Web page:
Thursday, March 26, 2015

Believing God for Great Things

In his new book, Nobodies For Jesus, Dr. Chuck Lawless shares how God longs to provide our greatest needs, while we are focused on pursuing greatness for ourselves.
"A distraught father whose son was possessed by a demon brought his boy to Jesus’ disciples (Mark 9:14-29). Under the demon’s influence, the son often threw himself into fire or water to destroy himself. From his childhood he had been in this condition, and nothing was changing. We have to believe the father had sought for years to find any solution to his boy’s tragic condition. Any caring father would have done the same.
The father must have heard that Jesus (and apparently his disciples) had power to heal. In desperation, he brought his son to Jesus’ disciples – and the tragic words of a defeated father speaking to Jesus echo loudly from the pages of the Scripture: “So I asked Your disciples to drive it out, but they couldn’t.”
But they couldn’t.” It is hard to find more tragic words about God’s followers when hurting people turn to them for help. God’s power was available to the disciples, but they somehow missed it. They had previously dealt successfully with demons (Mark 6:12-13), but not this time. In fact, his disciples were both faithless (v. 19) and prayerless (v. 29) even as they confronted the spirit that controlled the man’s son. We can only hope that Jesus’ words – “You unbelieving generation! How long will I be with you? How long must I put up with you?” — pierced them, but the evidence suggests otherwise.
Sometime later, Jesus retreated with his disciples and taught them about his coming betrayal, death, and resurrection (Mark 9:30-32). Perhaps not surprisingly, the disciples did not fully understand what he was teaching. He had previously predicted his death and resurrection (Mark 8:31-33), and Peter had aggressively rebuked him for such teaching. Their leader didn’t “get it” before, and now the whole group still didn’t fully get it.
Here’s what is amazing, though. In the very next passage, these same disciples were debating over who was the greatest: “When He was in the house, He asked them, ‘What were you arguing about on the way?’ But they were silent, because on the way they had been arguing with one another about who was the greatest.” (Mark 9:33-34)
Say what? The disciples likely were clinging to a hope that Jesus would be a political king offering them a cabinet seat, but their misunderstanding only magnifies their arrogance. Cast out a demon? They couldn’t do it. Comprehend Jesus’ teaching about his death? They failed. Understand the nature of Jesus’ kingdom? Not yet. Willingly follow Christ’s model of service? Not even close.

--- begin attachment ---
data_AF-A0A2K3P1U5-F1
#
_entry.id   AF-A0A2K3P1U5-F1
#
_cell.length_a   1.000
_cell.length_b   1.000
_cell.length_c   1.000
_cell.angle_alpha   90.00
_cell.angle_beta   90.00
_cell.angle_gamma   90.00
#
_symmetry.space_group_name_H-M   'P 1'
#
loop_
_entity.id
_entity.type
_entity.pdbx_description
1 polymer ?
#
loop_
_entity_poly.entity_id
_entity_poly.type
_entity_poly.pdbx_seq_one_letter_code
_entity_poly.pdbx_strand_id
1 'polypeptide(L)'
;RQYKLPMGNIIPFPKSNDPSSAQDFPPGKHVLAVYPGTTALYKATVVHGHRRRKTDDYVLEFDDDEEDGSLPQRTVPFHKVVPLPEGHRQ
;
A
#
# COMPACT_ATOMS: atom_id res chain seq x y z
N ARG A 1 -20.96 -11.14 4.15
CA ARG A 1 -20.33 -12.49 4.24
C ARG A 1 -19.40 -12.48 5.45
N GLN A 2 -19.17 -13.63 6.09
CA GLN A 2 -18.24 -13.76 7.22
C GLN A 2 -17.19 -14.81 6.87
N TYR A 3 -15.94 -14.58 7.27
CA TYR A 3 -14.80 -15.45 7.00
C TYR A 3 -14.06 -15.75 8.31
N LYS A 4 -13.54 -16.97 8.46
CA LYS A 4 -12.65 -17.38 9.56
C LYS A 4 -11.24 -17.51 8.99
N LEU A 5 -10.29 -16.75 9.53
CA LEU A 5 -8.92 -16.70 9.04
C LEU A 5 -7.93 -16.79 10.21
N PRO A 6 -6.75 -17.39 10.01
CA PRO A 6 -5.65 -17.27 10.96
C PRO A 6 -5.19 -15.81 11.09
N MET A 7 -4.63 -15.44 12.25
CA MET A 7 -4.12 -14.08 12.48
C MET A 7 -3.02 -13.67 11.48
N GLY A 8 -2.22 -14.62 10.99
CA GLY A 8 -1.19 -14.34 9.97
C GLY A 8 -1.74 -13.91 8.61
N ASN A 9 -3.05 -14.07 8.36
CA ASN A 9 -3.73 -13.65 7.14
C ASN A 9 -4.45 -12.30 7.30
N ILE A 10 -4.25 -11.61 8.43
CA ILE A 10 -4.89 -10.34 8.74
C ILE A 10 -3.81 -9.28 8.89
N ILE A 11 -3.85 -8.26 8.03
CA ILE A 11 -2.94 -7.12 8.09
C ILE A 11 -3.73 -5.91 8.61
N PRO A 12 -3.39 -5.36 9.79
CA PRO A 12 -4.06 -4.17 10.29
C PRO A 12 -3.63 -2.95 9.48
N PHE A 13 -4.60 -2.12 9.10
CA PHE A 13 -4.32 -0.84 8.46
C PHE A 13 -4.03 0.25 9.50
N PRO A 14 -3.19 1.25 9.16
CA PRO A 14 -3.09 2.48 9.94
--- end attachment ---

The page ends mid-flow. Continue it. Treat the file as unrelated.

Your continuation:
And these men were arguing over who is the greatest in a kingdom they didn’t even understand? Yep.

Let’s not kid ourselves, though. We are not always that much different. Sometimes we love our positions of power in the church even when we know we lack the power of God in our own lives. We strive for teaching positions without recognizing our own unwillingness to learn. Lesson after repeated lesson, we still don’t get it. Our pride keeps us from admitting our lack of understanding even while our powerlessness keeps us from being effective. In all of our supposed greatness, God help us if we come face-to-face with a boy possessed by a demon."
PLEASE plan on attending the special Spiritual Warfare Conference with Dr. Chuck Lawless at Maywood on April 11 & 12.  The focus will be on Becoming a Church that Threatens the Enemy.  Please visit our church's website for details--on the front page.

Thursday, March 19, 2015

Humility Led Christ to the Cross

It is easy to talk about the significant need for humility as it is taught in Scripture, and yet it is an entirely different matter to practice it.  Each day I am challenged to remember that I serve best when I practice the humility that Christ practiced, which always placed the concern, interests, and needs of others before my own.  He taught this so well in Philippians 2:1-8 when it says that He became a servant and humbled Himself even to the point of death on the cross.  Believers are challenged not to have a "me mentality" but an "others mentality" and that takes a great deal of prayer and work because it does not come very naturally for us.  I can be too interested in my own ideas, desires, schedule, and needs that I don't want to see the needs of others.  Others can truly become an inconvenience, which is so contrary to what Christ taught through His life.  Most of us truly believe we deserve so much more or that we should be treated so much better.  I'm thankful that my Savior and Redeemer did not take the attitude towards me.

Solomon says in Proverbs 13:10 that "Only by prides comes contention".  Whenever there are difficulties and contention amongst people, it is not necessary to look very far because the root problem is pride.  It was pride that cast Satan from the Garden of Eden.  It was pride that caused Adam and Eve to think they could have so much more.  It was pride that caused Cain to murder his brother Abel.  It is pride that caused the disciples to be concerned about greatness in Christ's kingdom.  Pride is just the opposite of humility and yet it exists in our lives and churches much more often than humility. 

If humility is what Christ prizes and Scripture commands, then the question must be asked:  Do we pray for humility or for God to help humble us so that He might be glorified through our lives?  Too often we desire to have our feet washed by others when we really need to be the foot washer--at least Jesus thought so.  Pray for God to grant us the humility that would lead us into sacrifice, concern, and love for others.